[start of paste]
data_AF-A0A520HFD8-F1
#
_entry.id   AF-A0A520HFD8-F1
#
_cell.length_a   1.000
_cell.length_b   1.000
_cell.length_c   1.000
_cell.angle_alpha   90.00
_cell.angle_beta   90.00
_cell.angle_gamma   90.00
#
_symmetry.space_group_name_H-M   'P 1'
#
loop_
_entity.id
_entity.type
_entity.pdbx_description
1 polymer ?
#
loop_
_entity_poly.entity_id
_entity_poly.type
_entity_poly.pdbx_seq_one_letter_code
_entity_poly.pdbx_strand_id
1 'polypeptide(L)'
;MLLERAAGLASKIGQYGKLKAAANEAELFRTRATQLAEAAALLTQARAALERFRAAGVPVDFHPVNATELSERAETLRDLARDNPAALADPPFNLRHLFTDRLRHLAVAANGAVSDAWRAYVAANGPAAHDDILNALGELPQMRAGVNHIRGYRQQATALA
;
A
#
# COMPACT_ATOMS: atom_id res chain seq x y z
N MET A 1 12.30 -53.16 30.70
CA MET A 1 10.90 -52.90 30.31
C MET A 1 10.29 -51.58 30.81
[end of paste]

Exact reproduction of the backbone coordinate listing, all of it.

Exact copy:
data_AF-A0A520HFD8-F1
#
_entry.id   AF-A0A520HFD8-F1
#
_cell.length_a   1.000
_cell.length_b   1.000
_cell.length_c   1.000
_cell.angle_alpha   90.00
_cell.angle_beta   90.00
_cell.angle_gamma   90.00
#
_symmetry.space_group_name_H-M   'P 1'
#
loop_
_entity.id
_entity.type
_entity.pdbx_description
1 polymer ?
#
loop_
_entity_poly.entity_id
_entity_poly.type
_entity_poly.pdbx_seq_one_letter_code
_entity_poly.pdbx_strand_id
1 'polypeptide(L)'
;MLLERAAGLASKIGQYGKLKAAANEAELFRTRATQLAEAAALLTQARAALERFRAAGVPVDFHPVNATELSERAETLRDLARDNPAALADPPFNLRHLFTDRLRHLAVAANGAVSDAWRAYVAANGPAAHDDILNALGELPQMRAGVNHIRGYRQQATALA
;
A
#
# COMPACT_ATOMS: atom_id res chain seq x y z
N MET A 1 12.30 -53.16 30.70
CA MET A 1 10.90 -52.90 30.31
C MET A 1 10.29 -51.58 30.81